Adam ordered the Lemon Lentil soup and a Turkey Club sandwich. He described the soup as good and healthy and acknowledged that a less healthy soup might have been better, but it was tasty all the same. Good texture to the lentils (they weren’t mush) and the lemon and pepper worked well together. He was severely disappointed in his sandwich. The club was a flavorless mess between merely “ok” toasted bread.
In the end, 52L could not reach consensus, a rarity for us. Adam said he’d never return, clearly preferring Panera, which is the obvious comparable for this place. Adam rarely gets a soup at Panera, sticking to sandwiches and salads (we did not try a Zalad). I agree that Zoup’s sandwiches do not merit a switch, but I love a good soup and this was a great soup, better than any I have had at Panera. I am also intrigued by Zoup’s soup menu gimmick. I can see myself returning to Zoup, but perhaps not with Adam.
Lunch topics: Call of Duty: Ghosts… ” an accountant’s sequel“,
GTA V, dedicated servers explained, the crappiness of PSN, why we’ll never have cross-platform online play, Planet money on payday loans and Amazon vine, Amazon pricing checking and algorithm, designing visualizations around data and vice versa
Mellow Mushroom is franchise. You couldn’t tell that from the outside or in though. It is located in the old Plan 9 space and fits the Carytown vibe perfectly. The interior design feels unique. A fantastic wall mural of vinyl records and audio equipment pays homage to the tenant before them. The beer selection is deep and many local breweries are represented on the draft. Their attention to detail meshed with strong branding is what makes it work. It isn’t just another store front on their map.
The food is on par with the look thankfully. On the Friday we met up with Allison and all partook in the fermented beverages mentioned above. Ethan paired a Apocalypse Sixth Seal Stout with a Bubba’s Bacon Bonanza pizza. A pie piled high with crispy bacon, pulled pork and ham. The only unwelcome topping was BBQ sauce, but that is usually a preference thing and Ethan did not prefer it.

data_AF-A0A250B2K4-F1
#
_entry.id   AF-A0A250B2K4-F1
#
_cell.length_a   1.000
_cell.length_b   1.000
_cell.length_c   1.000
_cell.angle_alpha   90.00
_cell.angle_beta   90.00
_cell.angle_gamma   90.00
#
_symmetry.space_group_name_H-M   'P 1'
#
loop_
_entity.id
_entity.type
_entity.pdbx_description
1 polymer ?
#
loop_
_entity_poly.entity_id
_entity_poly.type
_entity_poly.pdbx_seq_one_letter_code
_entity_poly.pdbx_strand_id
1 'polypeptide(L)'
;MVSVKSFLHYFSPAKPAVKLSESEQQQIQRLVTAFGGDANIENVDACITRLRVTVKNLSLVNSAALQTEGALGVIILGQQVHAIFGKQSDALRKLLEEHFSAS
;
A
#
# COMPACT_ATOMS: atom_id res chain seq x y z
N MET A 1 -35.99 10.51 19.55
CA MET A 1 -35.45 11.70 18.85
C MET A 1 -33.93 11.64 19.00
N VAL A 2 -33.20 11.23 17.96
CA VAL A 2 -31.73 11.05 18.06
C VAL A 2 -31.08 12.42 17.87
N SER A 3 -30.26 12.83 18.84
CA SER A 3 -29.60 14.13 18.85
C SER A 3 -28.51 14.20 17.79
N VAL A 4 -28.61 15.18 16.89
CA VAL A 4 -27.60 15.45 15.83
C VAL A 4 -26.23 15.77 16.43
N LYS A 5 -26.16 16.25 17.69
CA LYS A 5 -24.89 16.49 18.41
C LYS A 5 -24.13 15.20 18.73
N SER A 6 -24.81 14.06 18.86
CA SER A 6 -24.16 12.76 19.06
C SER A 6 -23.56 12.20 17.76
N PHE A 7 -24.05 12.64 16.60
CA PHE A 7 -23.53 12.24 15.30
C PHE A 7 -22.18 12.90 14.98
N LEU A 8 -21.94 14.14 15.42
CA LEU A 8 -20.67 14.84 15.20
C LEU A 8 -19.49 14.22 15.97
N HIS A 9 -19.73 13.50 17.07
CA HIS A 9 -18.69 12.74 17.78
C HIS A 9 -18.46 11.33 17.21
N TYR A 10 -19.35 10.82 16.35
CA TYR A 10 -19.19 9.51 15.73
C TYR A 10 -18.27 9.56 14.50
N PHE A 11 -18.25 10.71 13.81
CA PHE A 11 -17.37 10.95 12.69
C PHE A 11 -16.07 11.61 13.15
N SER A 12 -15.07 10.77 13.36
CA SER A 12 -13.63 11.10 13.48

Allison ordered the Kosmic Karma with a Rogue Hazelnut Brown Nectar. A veggie pizza swirled with pesto sauce that made for a good flavor combination. I picked the Red Skin Potato Pie and what I think is now my favorite pale ale, Stone IPA. My pizza was nearly perfect. It was topped with roasted potatoes, bacon, caramelized onions and a swirl of spicy ranch. The texture was in perfect balance with flavors. Tart and savory. Salty and sweet. All three of our pies came of the same seasoned crust, sprinkled with Parmesan cheese. It was crunchy and warm, you could serve dirt on it and see smiling satisfied faces.
Overall we had a great time at Mellow Mushroom. The atmosphere was welcoming and the beer selection was varied, local and of a high quality. The pies mostly err towards the boutique, but they do have more traditional pizza on offer. The only caution I would lend was the price. With beers in the mix and personal pies that all danced around $12 a piece it was not a cheap meal. Do with that as you will, but we will be going back.
Lunch topics: Rice allotments, bribery and mail service in the Philippines, Flat Stanley, water activated security tags, owning and boarding horses, Oculus Rift, This is Only a Test, Octoberkast, Child’s Play, Jeff Green, ladies in the food industry, The fall of Arby’s, Breaking Bad, The Wire, Big Science Data, Bacterial Vaginal Microbiomes, IT contractors
Leonardo’s has been in presence in both of our lives. A million years ago*, Adam worked there as an after-school job. And given its proximity and consistent quality, it’s a frequent choice for catering in where we work, for lunch meetings and training days. And we both drive by it to work literally every day. Not sure why it took so long for us to try it, official-like. This day we were joined by our friend and colleague Nick.
Adam ordered his favorite, Steak Sandwich and fries. He estimated he’s eaten 100 of them and prepared even more and this one did not disappoint. The bread (the key to a great sandwich) was toasted on the outside and soft inside, just the right vehicle for the steak, cheese, and caramelized onions. Adam skipped the lettuce & tomatoes to keep the meal crunchy. Fries were fries, unexceptional, but the sandwich reinforced Adam’s opinion that it’s the best meal at Leonardo’s.